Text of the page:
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Reservoir Architecture and Characterization of the Cenomanian Barons Light Tight Oil Sandstone Play, SW Alberta, Canada

Abstract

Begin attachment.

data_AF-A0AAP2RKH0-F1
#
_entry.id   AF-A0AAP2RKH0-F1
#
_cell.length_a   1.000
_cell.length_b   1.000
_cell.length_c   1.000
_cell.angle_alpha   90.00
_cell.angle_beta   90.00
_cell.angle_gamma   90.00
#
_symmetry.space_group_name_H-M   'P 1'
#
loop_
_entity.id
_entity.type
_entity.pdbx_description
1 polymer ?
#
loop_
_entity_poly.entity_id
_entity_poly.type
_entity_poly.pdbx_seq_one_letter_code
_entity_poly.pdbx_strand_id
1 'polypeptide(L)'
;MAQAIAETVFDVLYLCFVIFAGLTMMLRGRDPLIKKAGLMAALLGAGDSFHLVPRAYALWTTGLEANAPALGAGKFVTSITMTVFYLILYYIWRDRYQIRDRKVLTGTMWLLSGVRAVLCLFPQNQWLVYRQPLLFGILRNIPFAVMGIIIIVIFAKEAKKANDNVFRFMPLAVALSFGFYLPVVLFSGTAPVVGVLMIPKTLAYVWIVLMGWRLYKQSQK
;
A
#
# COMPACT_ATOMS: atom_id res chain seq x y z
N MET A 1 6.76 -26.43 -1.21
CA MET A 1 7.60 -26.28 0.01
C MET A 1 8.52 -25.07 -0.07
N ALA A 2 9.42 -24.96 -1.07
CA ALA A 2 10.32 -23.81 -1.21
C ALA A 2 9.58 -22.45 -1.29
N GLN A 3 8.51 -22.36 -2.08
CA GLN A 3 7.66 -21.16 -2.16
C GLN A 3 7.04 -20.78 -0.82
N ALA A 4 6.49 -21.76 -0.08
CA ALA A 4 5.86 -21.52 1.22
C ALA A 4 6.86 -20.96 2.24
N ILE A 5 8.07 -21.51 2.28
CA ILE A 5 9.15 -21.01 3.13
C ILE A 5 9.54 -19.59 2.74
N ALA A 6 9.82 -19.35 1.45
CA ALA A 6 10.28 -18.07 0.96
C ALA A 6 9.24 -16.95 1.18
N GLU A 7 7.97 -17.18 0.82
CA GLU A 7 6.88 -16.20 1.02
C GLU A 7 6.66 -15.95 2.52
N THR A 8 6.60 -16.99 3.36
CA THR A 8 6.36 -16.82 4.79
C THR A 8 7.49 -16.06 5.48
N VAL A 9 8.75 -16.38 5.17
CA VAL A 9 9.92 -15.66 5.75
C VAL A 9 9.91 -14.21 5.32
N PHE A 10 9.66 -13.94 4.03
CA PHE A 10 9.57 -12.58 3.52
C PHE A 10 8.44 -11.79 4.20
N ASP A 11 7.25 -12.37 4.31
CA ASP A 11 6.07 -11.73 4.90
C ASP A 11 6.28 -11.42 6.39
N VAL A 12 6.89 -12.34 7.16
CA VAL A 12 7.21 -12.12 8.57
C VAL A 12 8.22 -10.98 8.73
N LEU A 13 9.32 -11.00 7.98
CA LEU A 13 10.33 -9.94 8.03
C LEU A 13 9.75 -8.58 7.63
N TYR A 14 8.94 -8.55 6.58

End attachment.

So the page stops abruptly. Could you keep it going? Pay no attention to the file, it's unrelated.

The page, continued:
Siliceous, organic-rich mudstones of the early Cenomanian Fish Scales Formation (Mowry eq.) are an emerging light tight oil play in southwestern Alberta. The formation is a proven conventional type oil and gas reservoir in southwest Alberta, with production from several isolated sandstone and conglomerate bodies within the organic rich mudstones. The last years numerous multistage fractured horizontal wells have been drilled into the play with varying success, highlighting the importance of a better characterization of the play. Petrophysical evaluations of this mudstone play is complicated by the abundant disseminated fish bones, general high content of pyrite, numerous bentonite beds and local presence of detrital chert grains, which all affect computations from well logs of porosity, total organic content, mudstone silica content, etc. Characteristics of the play is illustrated by the Penny Baron Pool and surrounding area – spanning Townships 7 to 9 and Ranges 21 to 24 west of 4th meridian. The conventional type light oil pool consist of a 1.5km wide, 20km long northwest-southeast trending reservoir comprised of coarsening upward shoreline sandstone reservoir with an estimated OOIP of 27827.07 MBbl and OGIP of 12.56 Bcf. Dominance of fine to coarse grained sandstone ripples, often draped by organic rich black mudstones suggest deposition on the landward side of a barrier island or spit that retrograded to the southwest. This is consistent with the general lack of hummocky cross stratification and low ichnofauna diversity, suggesting deposition in a highly bimodal shallow water depositional setting characterized by dysoxic bottom water conditions. To the southwest of the pool, landward side of the barrier island, distal barrier island/spit wash-over sandstones comprises a potential halo-type tight oil play along the southwestern margin of the Penny Pool. These 1-4cm thick thin sandstone beds consist of very-fine sand with 3.0-6.0% porosity and permeability ranging from 0.09-0.18 mD. However, these sandstone beds occur as lenticular beds within a mudstone dominated succession, and thus are likely characterized by poor connectivity, and are not capable of providing economic flow rates in vertical wells. However, hydrological fracturing increases the connectivity of these isolated sandstone beds to provide more effective drainage, and thereby increased oil flow rates and recoveries.